Panic episodes include the amygdala and prefrontal cortex, according to brain imaging research. Panic episodes make individuals feel strongly because the amygdala, which controls emotions, is activated. Prefrontal brain issues may also cause panic attack symptoms, including a distorted reality and fear of losing control. Your prefrontal cortex controls your ideas and feelings. Environmental factors, like life events, and long-term stress, might worsen panic attacks. Learning harmful ways to react to anxiety, such as worrying too much and experiencing panic attacks repeatedly, might keep the loop running.

How Do You Know If You Are Having A Panic Attack?

To identify a panic attack, you must distinguish between its physical and mental symptoms. Quickly worsening anxiety episodes are typical. These are common panic attack symptoms:

  • People who are having a panic attack feel a quick, strong fear or anxiety. A lot of the time, the mental pain is out of proportion to the scenario.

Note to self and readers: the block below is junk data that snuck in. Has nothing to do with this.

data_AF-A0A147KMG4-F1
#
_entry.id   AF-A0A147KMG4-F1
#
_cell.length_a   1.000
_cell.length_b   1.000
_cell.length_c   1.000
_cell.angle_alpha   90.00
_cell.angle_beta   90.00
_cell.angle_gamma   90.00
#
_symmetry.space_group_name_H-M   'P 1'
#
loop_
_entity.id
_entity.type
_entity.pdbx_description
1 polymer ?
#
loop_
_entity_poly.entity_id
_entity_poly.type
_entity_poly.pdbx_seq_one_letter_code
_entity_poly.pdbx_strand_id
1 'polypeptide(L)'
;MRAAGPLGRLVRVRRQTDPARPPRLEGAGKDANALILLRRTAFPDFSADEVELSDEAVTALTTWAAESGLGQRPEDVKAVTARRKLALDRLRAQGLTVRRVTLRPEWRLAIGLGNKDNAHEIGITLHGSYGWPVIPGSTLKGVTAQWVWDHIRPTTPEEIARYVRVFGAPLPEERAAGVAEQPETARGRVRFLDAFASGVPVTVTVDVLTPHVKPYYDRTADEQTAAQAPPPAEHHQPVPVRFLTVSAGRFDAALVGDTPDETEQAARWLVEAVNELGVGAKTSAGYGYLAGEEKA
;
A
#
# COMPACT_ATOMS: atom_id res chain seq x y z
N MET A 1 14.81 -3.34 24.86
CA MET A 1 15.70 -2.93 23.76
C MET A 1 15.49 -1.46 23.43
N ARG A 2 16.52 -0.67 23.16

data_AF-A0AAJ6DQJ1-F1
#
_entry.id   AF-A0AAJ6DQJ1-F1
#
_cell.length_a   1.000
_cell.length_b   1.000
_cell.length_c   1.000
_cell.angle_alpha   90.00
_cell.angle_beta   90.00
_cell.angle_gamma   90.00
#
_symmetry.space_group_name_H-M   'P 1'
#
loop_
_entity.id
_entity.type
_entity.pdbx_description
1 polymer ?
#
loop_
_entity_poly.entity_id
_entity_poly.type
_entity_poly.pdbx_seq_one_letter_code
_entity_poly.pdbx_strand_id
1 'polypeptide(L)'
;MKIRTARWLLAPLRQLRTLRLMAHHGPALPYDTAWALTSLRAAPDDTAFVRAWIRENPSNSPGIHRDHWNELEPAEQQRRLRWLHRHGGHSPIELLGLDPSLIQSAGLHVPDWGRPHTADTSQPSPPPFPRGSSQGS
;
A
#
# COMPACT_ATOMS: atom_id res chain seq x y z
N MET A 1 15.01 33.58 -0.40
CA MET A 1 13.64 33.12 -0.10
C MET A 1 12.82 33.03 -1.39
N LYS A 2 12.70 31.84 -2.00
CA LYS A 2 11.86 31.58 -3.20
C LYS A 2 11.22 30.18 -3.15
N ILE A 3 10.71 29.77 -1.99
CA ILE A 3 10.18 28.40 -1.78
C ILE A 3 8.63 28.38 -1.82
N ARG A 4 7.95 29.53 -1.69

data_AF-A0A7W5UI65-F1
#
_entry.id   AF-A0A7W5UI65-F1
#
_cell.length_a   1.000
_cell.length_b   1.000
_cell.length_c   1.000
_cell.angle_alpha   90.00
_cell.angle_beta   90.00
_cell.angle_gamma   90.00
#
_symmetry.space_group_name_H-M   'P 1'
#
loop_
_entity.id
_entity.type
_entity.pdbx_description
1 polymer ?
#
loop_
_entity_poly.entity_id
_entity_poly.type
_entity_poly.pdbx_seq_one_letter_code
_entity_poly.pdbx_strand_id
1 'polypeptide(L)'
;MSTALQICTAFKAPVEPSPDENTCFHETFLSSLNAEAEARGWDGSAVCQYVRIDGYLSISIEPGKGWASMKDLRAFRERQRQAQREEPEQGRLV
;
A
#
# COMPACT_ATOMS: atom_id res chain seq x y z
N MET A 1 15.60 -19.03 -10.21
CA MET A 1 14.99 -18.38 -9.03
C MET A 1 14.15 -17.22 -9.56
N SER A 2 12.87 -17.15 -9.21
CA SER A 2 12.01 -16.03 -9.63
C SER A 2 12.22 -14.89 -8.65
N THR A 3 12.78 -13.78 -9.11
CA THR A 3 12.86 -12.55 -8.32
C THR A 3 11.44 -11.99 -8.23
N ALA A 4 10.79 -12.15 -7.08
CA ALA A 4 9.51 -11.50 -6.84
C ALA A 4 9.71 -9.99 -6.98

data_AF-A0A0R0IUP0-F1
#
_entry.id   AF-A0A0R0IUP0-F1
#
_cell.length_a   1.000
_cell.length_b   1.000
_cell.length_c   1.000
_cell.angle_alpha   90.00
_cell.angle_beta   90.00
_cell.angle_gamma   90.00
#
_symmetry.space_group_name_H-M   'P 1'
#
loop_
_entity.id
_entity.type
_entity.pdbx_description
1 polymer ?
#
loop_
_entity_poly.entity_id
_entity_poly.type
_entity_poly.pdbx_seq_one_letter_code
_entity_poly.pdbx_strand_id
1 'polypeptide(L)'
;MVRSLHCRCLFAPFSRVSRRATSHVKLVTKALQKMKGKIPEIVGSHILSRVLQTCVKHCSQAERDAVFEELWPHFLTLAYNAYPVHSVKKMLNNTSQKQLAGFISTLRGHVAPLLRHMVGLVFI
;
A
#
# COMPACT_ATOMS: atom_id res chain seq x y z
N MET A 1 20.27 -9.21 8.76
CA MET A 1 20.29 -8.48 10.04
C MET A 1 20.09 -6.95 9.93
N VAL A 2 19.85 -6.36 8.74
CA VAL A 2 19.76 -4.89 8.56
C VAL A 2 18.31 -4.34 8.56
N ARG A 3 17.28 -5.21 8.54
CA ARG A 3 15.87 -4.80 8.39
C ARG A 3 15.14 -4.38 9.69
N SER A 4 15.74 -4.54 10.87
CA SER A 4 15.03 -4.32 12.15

• Fast heartbeat
  • Chest discomfort
  • Shortness of breath or rapid breathing
  • Shaking or trembling
  • Getting hot
  • Not feeling well or stomach distress
  • Dizzy or lightheaded
  • Heat or cold waves

Self-Help Techniques to Tackle Panic Attacks

Although panic attacks seem scary and out of control, the practice of certain techniques over and over gives people some level of mastery around them. Here are some techniques that have proven to be useful to get a hold of your panic attacks:

1. The 5-4-3-2-1 method

For centering yourself, use your senses to bring your thoughts back to the present. It works by focusing on your senses rather than your worried thoughts. The process is pretty simple. Name and explain five things you can see, four you can touch, then the three you can hear, two you can smell, and finally the one you can taste. Bring attention back to the present to increase focus and sensory awareness, which can interrupt the fear loop.

2. Give muscle relaxation methods a try

Progressive Muscle Relaxation (PMR) includes deliberate muscle tensing and release. It relieves muscular tension, which might worsen during a panic attack. PMR trains people to distinguish tension from relaxation by intentionally contracting and relaxing muscles. More awareness gives you more control over your body's activities, which may minimize concern.